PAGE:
Alright, L2C is fine, but what about L5, the new carrier being broadcast on the Block IIF satellites? It is centered on 1176.45 MHz, 115 times the fundamental clock rate.
As you see from the illustration, the basic structure of L5 looks similar to that of L1. There are two pseudorandom noise (PRN) codes on this 20 MHz carrier. The two codes are modulated using Quad Phase Shift Key (QPSK), and they are broadcast in quadrature to each other. However, borrowing a few pages from other recent developments, the in-phase (I) signal carries a data message that is virtually identical to the CNAV on L2. The other, the quadraphase signal (Q), is data-less and L5 utilizes chip-by-chip time multiplexing in broadcasting its two codes, as does L2C in broadcasting CM and CL.
Both L5 codes have a 10.23 MHz chipping rate, the same as the fundamental clock rate. This is the same rate that has been available on the P(Y) code from the beginning of the system. However, this is the fastest chipping rate available in any civilian code. L5 has the only civilian codes that are both ten times longer and ten times faster than the C/A code. Since the maximum resolution available in a pseudorange is typically about 1% of the chipping rate of the code used, the faster the chipping rate, the better the resolution.
L5 has about twice as much power as L1, and since L5 does not carry military signals, it achieves an equal power split between its two signals. In this way, L5 lowers the risk of interference and improves multipath protection. It also makes the data-less signal easier to acquire in unfavorable and obstructed conditions.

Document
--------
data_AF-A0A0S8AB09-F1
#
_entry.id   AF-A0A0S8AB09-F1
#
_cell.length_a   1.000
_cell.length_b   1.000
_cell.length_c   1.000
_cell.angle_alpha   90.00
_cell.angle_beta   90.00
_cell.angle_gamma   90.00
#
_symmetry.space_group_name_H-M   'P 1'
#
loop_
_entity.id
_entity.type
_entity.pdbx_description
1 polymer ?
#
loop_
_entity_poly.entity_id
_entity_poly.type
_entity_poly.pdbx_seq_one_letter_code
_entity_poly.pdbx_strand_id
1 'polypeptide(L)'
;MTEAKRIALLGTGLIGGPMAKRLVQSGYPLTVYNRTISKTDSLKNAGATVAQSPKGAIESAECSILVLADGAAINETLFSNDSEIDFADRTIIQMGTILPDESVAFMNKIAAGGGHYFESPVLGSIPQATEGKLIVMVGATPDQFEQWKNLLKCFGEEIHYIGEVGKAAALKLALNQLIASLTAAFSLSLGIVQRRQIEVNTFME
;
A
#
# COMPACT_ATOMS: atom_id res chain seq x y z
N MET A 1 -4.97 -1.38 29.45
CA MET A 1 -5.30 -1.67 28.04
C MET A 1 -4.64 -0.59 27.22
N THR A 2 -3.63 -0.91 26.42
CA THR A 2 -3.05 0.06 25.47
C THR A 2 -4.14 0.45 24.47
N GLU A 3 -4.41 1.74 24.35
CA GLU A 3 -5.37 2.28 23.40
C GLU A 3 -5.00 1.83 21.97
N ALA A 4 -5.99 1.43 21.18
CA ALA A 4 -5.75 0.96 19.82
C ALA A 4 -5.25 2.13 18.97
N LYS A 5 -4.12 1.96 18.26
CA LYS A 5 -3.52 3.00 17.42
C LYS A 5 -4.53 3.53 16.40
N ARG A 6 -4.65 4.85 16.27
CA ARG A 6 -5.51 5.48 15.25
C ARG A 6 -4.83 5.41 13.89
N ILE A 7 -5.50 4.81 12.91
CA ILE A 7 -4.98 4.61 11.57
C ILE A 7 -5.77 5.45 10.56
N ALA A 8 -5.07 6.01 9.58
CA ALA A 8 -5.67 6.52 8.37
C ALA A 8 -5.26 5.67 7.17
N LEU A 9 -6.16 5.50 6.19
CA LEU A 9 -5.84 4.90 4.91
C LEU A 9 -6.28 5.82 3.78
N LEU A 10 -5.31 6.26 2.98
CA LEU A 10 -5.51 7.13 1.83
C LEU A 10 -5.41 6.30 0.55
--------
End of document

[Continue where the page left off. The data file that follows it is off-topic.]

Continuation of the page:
Unlike L2C, L5 users will benefit from its place in a band designated by the International Telecommunication Union (ITU) for the Aeronautical Radionavigation Navigation Services (ARNS) worldwide. Therefore, it is not prone to interference with ground based navigation aids and is available for aviation applications. While no other GPS signal occupies this band, L5 does share space with one of the Galileo signals, E5. L5 does also incorporate Forward Error Correction (FEC).
It is helpful that L5 will share space with one of the E5A signal from an entirely separate satellite system, Galileo. This is the European contribution to GNSS. The fast chipping rate on L5 is also good news.